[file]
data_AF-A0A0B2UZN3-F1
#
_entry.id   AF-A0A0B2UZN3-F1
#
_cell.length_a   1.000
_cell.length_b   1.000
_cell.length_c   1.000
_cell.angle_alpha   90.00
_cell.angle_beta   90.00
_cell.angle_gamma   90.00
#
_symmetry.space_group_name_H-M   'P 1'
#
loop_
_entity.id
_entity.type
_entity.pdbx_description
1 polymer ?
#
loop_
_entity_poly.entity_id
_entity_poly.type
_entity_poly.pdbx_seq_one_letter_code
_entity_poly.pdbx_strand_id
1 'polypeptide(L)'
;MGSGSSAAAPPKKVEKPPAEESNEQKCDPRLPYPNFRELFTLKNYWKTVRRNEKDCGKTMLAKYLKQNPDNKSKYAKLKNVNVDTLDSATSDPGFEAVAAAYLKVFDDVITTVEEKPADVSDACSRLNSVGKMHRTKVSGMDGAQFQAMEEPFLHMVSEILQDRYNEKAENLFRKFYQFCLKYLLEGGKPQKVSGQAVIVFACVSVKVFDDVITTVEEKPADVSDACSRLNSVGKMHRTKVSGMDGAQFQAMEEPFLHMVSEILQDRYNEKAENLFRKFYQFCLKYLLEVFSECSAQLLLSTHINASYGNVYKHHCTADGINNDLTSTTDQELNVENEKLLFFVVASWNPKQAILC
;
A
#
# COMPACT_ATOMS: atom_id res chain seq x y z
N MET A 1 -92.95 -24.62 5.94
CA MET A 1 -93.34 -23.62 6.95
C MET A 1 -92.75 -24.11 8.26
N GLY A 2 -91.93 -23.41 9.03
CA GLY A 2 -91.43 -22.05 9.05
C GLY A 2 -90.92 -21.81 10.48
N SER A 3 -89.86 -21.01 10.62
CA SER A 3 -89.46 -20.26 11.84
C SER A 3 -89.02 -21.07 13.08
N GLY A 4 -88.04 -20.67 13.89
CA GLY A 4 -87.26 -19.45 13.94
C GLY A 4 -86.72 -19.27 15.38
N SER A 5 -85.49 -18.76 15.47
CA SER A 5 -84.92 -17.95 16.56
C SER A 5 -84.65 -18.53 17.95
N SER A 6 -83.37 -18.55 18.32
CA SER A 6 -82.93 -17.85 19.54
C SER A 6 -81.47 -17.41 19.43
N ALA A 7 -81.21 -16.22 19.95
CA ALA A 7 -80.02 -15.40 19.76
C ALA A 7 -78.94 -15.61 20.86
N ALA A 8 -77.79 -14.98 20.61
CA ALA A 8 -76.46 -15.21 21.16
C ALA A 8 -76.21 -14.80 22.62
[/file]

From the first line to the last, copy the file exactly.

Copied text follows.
data_AF-A0A0B2UZN3-F1
#
_entry.id   AF-A0A0B2UZN3-F1
#
_cell.length_a   1.000
_cell.length_b   1.000
_cell.length_c   1.000
_cell.angle_alpha   90.00
_cell.angle_beta   90.00
_cell.angle_gamma   90.00
#
_symmetry.space_group_name_H-M   'P 1'
#
loop_
_entity.id
_entity.type
_entity.pdbx_description
1 polymer ?
#
loop_
_entity_poly.entity_id
_entity_poly.type
_entity_poly.pdbx_seq_one_letter_code
_entity_poly.pdbx_strand_id
1 'polypeptide(L)'
;MGSGSSAAAPPKKVEKPPAEESNEQKCDPRLPYPNFRELFTLKNYWKTVRRNEKDCGKTMLAKYLKQNPDNKSKYAKLKNVNVDTLDSATSDPGFEAVAAAYLKVFDDVITTVEEKPADVSDACSRLNSVGKMHRTKVSGMDGAQFQAMEEPFLHMVSEILQDRYNEKAENLFRKFYQFCLKYLLEGGKPQKVSGQAVIVFACVSVKVFDDVITTVEEKPADVSDACSRLNSVGKMHRTKVSGMDGAQFQAMEEPFLHMVSEILQDRYNEKAENLFRKFYQFCLKYLLEVFSECSAQLLLSTHINASYGNVYKHHCTADGINNDLTSTTDQELNVENEKLLFFVVASWNPKQAILC
;
A
#
# COMPACT_ATOMS: atom_id res chain seq x y z
N MET A 1 -92.95 -24.62 5.94
CA MET A 1 -93.34 -23.62 6.95
C MET A 1 -92.75 -24.11 8.26
N GLY A 2 -91.93 -23.41 9.03
CA GLY A 2 -91.43 -22.05 9.05
C GLY A 2 -90.92 -21.81 10.48
N SER A 3 -89.86 -21.01 10.62
CA SER A 3 -89.46 -20.26 11.84
C SER A 3 -89.02 -21.07 13.08
N GLY A 4 -88.04 -20.67 13.89
CA GLY A 4 -87.26 -19.45 13.94
C GLY A 4 -86.72 -19.27 15.38
N SER A 5 -85.49 -18.76 15.47
CA SER A 5 -84.92 -17.95 16.56
C SER A 5 -84.65 -18.53 17.95
N SER A 6 -83.37 -18.55 18.32
CA SER A 6 -82.93 -17.85 19.54
C SER A 6 -81.47 -17.41 19.43
N ALA A 7 -81.21 -16.22 19.95
CA ALA A 7 -80.02 -15.40 19.76
C ALA A 7 -78.94 -15.61 20.86
N ALA A 8 -77.79 -14.98 20.61
CA ALA A 8 -76.46 -15.21 21.16
C ALA A 8 -76.21 -14.80 22.62